Are You A Digital Narcissist?

Are You A Digital Narcissist?

A quick test: Try and think of someone, anyone you know, who doesn’t use some form of social media. It’s impossible, isn’t it? While there can be pros to our fervent love of Facebook and Instagram, there’s no denying the cons, with the latest worry being whether our propensity to overshare is making digital narcissists of us all.

Social media allows us to express our feelings at all times of the day. Hungry? Sad? Your friends are going to know about it. These platforms let us tack our opinions on to someone else’s, even when they didn’t ask for it. YouTube has made us all stars of our own television shows; Twitter made us unqualified experts at everything; and Instagram created amateur photographers and models of us all. Facebook even ensures you can live on after you’re dead; your inane posts immortalised in a digital tomb filled with blurry university pictures and Farmville scores.

The problem is, it’s made us all rather obsessed with ourselves. We’re perpetually shouting into our own little echo chambers, and we’re always right. While social media doesn’t have the ability to create narcissists – not yet, anyway – San Diego State University psychologist Jean Twenge says it does enable narcissistic traits in ordinary people. . For example, Twenge says digital narcissists can be very unrealistic – the fact that if you have a thought you want to share, you can just choose your platform and an audience is there to read it, makes us too focused on ourselves, giving us an “outsized vision of our own influence”.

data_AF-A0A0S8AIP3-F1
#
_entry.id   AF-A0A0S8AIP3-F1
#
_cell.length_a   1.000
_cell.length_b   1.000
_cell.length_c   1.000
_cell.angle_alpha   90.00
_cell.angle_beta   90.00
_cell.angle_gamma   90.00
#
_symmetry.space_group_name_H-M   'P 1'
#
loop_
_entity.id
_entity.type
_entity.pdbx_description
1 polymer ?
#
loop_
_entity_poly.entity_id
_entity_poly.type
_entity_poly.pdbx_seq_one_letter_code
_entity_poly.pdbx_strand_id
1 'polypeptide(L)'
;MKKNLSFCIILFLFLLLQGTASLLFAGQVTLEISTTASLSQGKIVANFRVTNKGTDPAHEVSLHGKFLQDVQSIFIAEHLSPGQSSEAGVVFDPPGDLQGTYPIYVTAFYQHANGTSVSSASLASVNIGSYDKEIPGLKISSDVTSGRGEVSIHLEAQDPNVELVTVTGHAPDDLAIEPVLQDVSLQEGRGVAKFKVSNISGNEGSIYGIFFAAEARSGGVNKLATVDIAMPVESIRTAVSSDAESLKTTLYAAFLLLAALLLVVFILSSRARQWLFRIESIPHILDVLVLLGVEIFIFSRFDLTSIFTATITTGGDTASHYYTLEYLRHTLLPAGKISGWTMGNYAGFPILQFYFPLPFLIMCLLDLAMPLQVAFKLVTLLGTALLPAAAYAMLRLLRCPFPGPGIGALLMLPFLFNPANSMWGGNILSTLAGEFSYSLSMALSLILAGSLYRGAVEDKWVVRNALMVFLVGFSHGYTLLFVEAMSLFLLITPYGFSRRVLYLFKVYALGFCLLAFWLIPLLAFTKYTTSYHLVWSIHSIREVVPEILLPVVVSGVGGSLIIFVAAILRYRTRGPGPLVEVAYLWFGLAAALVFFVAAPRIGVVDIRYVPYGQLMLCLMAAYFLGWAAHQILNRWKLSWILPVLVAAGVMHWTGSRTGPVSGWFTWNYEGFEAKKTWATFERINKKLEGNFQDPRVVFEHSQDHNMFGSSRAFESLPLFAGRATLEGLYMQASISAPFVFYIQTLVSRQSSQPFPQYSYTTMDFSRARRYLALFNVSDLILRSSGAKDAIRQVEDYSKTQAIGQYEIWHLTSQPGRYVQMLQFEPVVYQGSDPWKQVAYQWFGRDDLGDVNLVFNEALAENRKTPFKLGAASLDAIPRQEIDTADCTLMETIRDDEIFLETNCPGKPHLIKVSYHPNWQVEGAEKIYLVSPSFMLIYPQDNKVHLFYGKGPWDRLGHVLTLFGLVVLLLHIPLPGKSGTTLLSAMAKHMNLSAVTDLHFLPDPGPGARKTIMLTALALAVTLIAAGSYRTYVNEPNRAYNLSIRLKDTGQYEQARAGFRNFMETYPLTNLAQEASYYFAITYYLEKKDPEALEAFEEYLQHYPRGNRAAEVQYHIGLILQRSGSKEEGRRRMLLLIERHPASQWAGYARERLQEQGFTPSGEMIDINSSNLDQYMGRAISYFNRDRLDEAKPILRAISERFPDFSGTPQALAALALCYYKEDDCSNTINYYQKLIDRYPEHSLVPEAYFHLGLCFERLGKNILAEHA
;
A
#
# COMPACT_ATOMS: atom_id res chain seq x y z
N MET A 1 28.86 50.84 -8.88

University of London’s Professor of Business Psychology, Tomas Chamorro-Premuzic, says the real problem with digital narcissism is that it  “puts enormous pressure on people to achieve unfeasible goals, without making them hungrier”. Essentially, people have aspirations to be the new Selena Gomez or Beyoncé without wanting to put in the hard work to achieve it. Reality TV kicked off this trend, and social media has taken the baton. The rise of the Insta-famous has made onlookers think that their breed of fame is an easy one to grasp.

Perhaps unsurprisingly, narcissism is on the rise has been on the rise for a long time, way before before the birth of social media, but levels have risen significantly since its emergence. Social media is like a drug to narcissists – the more narcissistic you are, the more you use social media. In fact, studies seem to show a correlation between narcissism and the number of friends, followers, selfies and status updates, as narcissistic people are far more likely to use their social accounts to broadcast their life and portray an unrealistic, but desirable, self-image to their audience.

This isn’t to say all avid social media users are narcissistic – there is, after all, nothing wrong with seeking the approval of others, says Director of the Media Psychology Research Centre in California, Dr Pamela Rutledge. “Seeking social validation is a normal biological response to social interaction,” she explained. “The only time when seeking approval is problematic is when you rely on external approval for internal value. For people with low self-esteem who try to fill their own sense of self-regard from others, social media can amplify this need with unsatisfactory results, since other people can’t make us love ourselves. We have to do that.”

While caring what others think of us can be detrimental to having a healthy sense of self, when our social media addiction goes too far, that need for approval can turn into a relentless pursuit of status. So how do you know if you’re a fully-fledged digital narcissist, or just a standard social media user? If you’ve ever ended up three months deep into your own feed on Instagram, that might give you a clue.

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